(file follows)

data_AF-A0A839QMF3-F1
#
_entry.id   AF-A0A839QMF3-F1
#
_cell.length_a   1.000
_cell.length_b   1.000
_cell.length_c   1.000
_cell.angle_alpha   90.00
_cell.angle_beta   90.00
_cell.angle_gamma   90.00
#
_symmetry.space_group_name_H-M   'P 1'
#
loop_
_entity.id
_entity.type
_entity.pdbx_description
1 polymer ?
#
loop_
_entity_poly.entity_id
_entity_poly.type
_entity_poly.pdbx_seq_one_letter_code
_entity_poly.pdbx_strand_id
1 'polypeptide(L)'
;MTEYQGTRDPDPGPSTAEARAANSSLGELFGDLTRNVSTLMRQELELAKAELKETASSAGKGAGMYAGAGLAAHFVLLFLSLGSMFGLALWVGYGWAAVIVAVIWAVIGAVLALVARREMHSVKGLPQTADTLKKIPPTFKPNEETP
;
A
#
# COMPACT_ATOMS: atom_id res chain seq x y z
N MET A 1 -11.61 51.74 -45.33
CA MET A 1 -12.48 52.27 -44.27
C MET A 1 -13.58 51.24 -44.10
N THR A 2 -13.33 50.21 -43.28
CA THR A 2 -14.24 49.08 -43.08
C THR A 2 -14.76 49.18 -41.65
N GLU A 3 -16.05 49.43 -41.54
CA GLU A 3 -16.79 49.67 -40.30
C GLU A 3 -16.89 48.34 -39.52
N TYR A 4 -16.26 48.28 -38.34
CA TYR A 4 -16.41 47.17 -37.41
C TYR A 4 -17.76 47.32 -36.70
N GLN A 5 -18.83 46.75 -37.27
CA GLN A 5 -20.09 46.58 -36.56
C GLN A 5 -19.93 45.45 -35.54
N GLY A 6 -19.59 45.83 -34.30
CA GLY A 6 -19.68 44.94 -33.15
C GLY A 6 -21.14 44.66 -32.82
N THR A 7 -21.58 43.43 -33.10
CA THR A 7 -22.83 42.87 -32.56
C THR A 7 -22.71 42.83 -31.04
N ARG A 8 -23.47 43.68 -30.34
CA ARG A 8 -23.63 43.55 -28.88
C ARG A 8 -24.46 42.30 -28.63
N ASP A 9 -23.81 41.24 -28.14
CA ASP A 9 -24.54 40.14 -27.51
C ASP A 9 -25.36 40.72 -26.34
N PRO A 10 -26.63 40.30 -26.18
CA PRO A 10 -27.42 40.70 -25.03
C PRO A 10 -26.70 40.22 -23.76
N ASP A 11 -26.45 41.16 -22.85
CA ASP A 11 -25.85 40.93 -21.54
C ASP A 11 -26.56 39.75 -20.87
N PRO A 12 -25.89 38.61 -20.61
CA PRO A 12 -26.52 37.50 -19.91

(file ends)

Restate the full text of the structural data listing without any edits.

data_AF-A0A839QMF3-F1
#
_entry.id   AF-A0A839QMF3-F1
#
_cell.length_a   1.000
_cell.length_b   1.000
_cell.length_c   1.000
_cell.angle_alpha   90.00
_cell.angle_beta   90.00
_cell.angle_gamma   90.00
#
_symmetry.space_group_name_H-M   'P 1'
#
loop_
_entity.id
_entity.type
_entity.pdbx_description
1 polymer ?
#
loop_
_entity_poly.entity_id
_entity_poly.type
_entity_poly.pdbx_seq_one_letter_code
_entity_poly.pdbx_strand_id
1 'polypeptide(L)'
;MTEYQGTRDPDPGPSTAEARAANSSLGELFGDLTRNVSTLMRQELELAKAELKETASSAGKGAGMYAGAGLAAHFVLLFLSLGSMFGLALWVGYGWAAVIVAVIWAVIGAVLALVARREMHSVKGLPQTADTLKKIPPTFKPNEETP
;
A
#
# COMPACT_ATOMS: atom_id res chain seq x y z
N MET A 1 -11.61 51.74 -45.33
CA MET A 1 -12.48 52.27 -44.27
C MET A 1 -13.58 51.24 -44.10
N THR A 2 -13.33 50.21 -43.28
CA THR A 2 -14.24 49.08 -43.08
C THR A 2 -14.76 49.18 -41.65
N GLU A 3 -16.05 49.43 -41.54
CA GLU A 3 -16.79 49.67 -40.30
C GLU A 3 -16.89 48.34 -39.52
N TYR A 4 -16.26 48.28 -38.34
CA TYR A 4 -16.41 47.17 -37.41
C TYR A 4 -17.76 47.32 -36.70
N GLN A 5 -18.83 46.75 -37.27
CA GLN A 5 -20.09 46.58 -36.56
C GLN A 5 -19.93 45.45 -35.54
N GLY A 6 -19.59 45.83 -34.30
CA GLY A 6 -19.68 44.94 -33.15
C GLY A 6 -21.14 44.66 -32.82
N THR A 7 -21.58 43.43 -33.10
CA THR A 7 -22.83 42.87 -32.56
C THR A 7 -22.71 42.83 -31.04
N ARG A 8 -23.47 43.68 -30.34
CA ARG A 8 -23.63 43.55 -28.88
C ARG A 8 -24.46 42.30 -28.63
N ASP A 9 -23.81 41.24 -28.14
CA ASP A 9 -24.54 40.14 -27.51
C ASP A 9 -25.36 40.72 -26.34
N PRO A 10 -26.63 40.30 -26.18
CA PRO A 10 -27.42 40.70 -25.03
C PRO A 10 -26.70 40.22 -23.76
N ASP A 11 -26.45 41.16 -22.85
CA ASP A 11 -25.85 40.93 -21.54
C ASP A 11 -26.56 39.75 -20.87
N PRO A 12 -25.89 38.61 -20.61
CA PRO A 12 -26.52 37.50 -19.91